Politicians, economists and now CEOs are sounding the alarm over "taxmaggedon" and its potential impact on the near-term economy. But all indications seem to suggest that ordinary consumers aren't terribly concerned, even if they are aware of the economic uncertainty on the horizon.
A new forecast from the National Retail Federation is predicting that holiday sales will increase 4.1 percent, the group's CEO Matthew Shay describes as "the most optimistic forecast that NRF has released since the recession." On average, the group expects consumers to spend an average of $750 during the holiday season, up from $740 last year.
That's not to say that consumers are completely unaware or unconcerned about what's at stake in the next few months. About 64 percent of consumers say that the current state of political and economic uncertainty is affecting their overall spending plans. And a little more than half — 56.6 percent — say there are aware of the fiscal cliff, which the NRF broadly defines as "tax increases and budget cuts that will take place at the end of 2012 if Congress does not act."
But for now, such concerns have largely taken a backseat to the emerging signs of strength in the economy, the group concludes. "The optimism comes from the fact we have seen positive trends with key indicators — the unemployment rate is decreasing, housing prices are a better place than they've been for a long time, consumer sentiment on the up, retail sales have actually been fairly solid," says Kathy Graniss, a NRF spokeswoman.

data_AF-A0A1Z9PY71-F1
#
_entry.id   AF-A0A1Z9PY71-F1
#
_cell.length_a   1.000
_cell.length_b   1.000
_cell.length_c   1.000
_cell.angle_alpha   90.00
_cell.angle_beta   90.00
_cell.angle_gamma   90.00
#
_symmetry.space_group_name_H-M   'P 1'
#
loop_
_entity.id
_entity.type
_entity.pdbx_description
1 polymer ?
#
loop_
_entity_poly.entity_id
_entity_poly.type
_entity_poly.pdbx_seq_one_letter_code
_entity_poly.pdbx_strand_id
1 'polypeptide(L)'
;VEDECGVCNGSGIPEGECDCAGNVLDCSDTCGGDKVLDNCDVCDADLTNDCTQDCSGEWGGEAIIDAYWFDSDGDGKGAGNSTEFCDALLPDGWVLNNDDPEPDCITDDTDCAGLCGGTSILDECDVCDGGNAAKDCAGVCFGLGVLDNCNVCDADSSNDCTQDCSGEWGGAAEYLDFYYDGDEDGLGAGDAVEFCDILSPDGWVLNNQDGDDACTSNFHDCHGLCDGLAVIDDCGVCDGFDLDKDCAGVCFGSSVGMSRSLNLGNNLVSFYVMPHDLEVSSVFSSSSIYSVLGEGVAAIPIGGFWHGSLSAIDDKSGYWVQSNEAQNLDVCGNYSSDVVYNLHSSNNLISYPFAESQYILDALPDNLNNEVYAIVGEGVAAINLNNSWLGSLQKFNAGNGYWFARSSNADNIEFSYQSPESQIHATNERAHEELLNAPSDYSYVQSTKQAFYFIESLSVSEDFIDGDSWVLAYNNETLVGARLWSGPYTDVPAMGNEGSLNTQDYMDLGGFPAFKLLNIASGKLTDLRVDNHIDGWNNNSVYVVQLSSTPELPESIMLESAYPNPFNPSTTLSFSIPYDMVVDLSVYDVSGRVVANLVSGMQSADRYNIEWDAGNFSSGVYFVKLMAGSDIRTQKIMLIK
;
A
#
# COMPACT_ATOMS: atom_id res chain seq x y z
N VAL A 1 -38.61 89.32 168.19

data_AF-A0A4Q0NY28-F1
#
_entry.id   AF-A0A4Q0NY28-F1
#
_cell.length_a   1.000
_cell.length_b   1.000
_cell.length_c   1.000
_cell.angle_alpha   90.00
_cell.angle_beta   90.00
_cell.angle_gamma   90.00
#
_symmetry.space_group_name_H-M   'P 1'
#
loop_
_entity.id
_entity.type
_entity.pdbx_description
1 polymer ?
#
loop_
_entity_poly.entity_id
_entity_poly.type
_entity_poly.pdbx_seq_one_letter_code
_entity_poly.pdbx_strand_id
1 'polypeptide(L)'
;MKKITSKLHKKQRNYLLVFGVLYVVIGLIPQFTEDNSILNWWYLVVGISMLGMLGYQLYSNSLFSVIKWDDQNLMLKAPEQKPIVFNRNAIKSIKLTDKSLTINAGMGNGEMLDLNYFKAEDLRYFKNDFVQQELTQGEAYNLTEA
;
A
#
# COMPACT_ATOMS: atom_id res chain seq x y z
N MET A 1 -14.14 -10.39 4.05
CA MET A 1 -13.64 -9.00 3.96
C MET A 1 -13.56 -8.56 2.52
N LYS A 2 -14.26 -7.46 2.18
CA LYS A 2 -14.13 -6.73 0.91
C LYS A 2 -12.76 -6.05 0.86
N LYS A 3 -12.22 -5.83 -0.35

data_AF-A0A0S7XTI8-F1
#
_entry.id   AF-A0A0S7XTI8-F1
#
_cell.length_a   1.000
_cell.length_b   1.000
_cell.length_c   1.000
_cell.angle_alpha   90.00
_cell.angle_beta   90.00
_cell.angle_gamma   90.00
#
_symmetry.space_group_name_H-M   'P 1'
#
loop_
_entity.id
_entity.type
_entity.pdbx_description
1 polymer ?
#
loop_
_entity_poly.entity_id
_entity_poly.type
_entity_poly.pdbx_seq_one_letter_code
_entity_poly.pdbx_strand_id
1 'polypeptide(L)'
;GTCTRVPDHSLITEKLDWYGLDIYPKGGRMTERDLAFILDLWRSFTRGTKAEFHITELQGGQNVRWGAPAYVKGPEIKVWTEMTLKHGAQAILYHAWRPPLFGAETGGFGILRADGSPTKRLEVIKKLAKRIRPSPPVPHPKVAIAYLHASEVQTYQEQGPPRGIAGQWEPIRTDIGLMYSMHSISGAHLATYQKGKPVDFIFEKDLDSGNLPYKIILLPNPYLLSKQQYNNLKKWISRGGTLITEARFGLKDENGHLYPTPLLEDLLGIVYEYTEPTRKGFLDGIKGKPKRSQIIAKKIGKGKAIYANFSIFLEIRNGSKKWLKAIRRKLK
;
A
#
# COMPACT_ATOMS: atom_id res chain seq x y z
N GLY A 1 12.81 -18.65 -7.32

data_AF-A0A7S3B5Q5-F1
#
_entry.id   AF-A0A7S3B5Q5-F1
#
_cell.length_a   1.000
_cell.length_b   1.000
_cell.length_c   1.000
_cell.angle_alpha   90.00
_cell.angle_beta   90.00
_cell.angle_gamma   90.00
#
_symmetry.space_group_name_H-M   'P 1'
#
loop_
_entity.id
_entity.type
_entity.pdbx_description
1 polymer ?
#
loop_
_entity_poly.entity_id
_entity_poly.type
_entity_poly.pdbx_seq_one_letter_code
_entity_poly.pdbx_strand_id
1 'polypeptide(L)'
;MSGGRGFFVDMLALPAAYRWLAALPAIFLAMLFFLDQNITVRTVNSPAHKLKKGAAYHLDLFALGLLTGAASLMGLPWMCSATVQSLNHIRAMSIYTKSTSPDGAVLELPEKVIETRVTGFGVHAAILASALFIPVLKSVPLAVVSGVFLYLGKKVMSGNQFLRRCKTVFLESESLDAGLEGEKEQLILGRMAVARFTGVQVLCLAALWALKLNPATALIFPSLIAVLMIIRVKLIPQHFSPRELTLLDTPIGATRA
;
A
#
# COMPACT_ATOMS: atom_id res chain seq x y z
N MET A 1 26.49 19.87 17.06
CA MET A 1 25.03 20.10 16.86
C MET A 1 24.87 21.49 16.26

To the extent that consumers become more concerned about the impact of the fiscal cliff, it will show up in consumer confidence, says Rachelle Bernstein, an NRF vice president. "Look back at what happened in 2010 — Congress went through a prolonged debate prior to extension [of the payroll tax holiday and Bush tax cuts]. Consumer confidence did not come back up until after the tax cuts were extended," Bernstein explains.
That certainly hasn't happened yet: Consumer confidence is currently the highest it's been since 2007. But other analysts believe it's probably just a matter of time ordinary Americans become more aware and concerned about the hit to their pocketbook. "We would expect consumers to be less forward-looking and react later to the risk of the fiscal Cliff," the Bank of America wrote in a recent report. "As with businesses, the biggest potential impact is on big ticket items such as auto and home sales."
So any progress on the fiscal cliff — or lack thereof — in the weeks after the election could help determine whether this sunny retail forecast holds out.